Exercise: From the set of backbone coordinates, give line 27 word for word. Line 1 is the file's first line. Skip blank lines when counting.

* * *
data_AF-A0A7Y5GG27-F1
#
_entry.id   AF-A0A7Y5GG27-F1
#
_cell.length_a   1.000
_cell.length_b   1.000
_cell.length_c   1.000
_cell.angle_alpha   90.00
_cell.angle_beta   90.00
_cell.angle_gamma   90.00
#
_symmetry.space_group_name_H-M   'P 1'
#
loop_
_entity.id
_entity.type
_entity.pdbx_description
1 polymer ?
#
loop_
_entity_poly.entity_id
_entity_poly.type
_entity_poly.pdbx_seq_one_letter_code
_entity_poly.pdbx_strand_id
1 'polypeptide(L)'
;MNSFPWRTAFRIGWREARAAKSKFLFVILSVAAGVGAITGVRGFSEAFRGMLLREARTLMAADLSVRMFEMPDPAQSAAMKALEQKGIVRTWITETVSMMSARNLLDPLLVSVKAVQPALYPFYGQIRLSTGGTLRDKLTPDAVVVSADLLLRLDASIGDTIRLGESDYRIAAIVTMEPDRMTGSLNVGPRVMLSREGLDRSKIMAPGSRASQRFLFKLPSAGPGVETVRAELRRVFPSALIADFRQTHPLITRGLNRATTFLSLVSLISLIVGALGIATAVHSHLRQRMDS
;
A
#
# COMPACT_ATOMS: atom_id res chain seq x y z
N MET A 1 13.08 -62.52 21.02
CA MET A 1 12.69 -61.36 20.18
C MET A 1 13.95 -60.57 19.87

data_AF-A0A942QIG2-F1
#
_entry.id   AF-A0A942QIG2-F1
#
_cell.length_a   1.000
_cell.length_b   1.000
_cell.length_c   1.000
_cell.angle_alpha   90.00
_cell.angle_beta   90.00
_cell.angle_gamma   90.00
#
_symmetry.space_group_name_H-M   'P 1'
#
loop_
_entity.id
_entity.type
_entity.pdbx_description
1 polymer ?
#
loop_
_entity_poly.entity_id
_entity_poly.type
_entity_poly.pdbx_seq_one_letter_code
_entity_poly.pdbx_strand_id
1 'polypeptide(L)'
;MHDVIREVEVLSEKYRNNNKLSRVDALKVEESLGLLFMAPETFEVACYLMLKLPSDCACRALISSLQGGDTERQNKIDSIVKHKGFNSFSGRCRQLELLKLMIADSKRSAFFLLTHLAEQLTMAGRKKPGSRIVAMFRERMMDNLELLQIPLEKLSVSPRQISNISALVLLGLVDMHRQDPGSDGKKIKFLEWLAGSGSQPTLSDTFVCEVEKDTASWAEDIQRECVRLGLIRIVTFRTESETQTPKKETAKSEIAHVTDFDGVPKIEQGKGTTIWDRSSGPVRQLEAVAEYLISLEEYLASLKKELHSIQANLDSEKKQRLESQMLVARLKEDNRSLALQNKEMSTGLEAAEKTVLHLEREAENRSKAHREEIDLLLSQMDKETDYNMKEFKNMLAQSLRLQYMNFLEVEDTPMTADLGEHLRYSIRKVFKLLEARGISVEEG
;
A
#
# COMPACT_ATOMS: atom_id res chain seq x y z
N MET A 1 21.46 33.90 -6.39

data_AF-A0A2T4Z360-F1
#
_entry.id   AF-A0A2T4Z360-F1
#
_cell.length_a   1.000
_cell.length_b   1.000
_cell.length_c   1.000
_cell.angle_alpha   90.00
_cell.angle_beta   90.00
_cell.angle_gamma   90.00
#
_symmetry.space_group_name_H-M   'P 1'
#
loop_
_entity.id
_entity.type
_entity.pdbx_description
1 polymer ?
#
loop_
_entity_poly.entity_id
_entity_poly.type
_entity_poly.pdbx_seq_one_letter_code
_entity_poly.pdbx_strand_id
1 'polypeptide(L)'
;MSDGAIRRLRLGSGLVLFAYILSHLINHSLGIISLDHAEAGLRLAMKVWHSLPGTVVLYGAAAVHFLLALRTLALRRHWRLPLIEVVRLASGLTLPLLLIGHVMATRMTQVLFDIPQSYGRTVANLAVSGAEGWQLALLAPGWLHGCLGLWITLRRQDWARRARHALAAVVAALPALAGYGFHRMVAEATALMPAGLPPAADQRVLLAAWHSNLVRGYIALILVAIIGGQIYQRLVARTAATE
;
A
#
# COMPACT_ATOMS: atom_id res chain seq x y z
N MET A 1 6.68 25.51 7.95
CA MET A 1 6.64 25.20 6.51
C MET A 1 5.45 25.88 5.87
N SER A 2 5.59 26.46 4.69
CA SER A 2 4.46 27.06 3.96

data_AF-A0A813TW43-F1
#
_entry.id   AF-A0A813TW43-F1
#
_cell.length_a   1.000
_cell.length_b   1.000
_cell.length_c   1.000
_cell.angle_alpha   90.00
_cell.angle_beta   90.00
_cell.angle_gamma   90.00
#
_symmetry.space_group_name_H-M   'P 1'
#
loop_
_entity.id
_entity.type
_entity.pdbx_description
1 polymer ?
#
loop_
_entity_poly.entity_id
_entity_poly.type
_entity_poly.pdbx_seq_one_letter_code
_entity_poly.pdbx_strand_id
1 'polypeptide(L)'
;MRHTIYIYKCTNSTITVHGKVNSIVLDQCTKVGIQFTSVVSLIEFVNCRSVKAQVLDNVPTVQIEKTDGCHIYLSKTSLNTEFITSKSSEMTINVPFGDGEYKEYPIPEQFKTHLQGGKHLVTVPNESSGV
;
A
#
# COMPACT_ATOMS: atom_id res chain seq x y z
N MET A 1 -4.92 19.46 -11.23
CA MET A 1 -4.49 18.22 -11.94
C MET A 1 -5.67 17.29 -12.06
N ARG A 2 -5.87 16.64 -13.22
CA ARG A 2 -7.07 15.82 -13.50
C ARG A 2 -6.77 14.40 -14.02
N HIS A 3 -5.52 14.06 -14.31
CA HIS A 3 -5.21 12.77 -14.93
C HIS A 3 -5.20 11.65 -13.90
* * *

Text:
;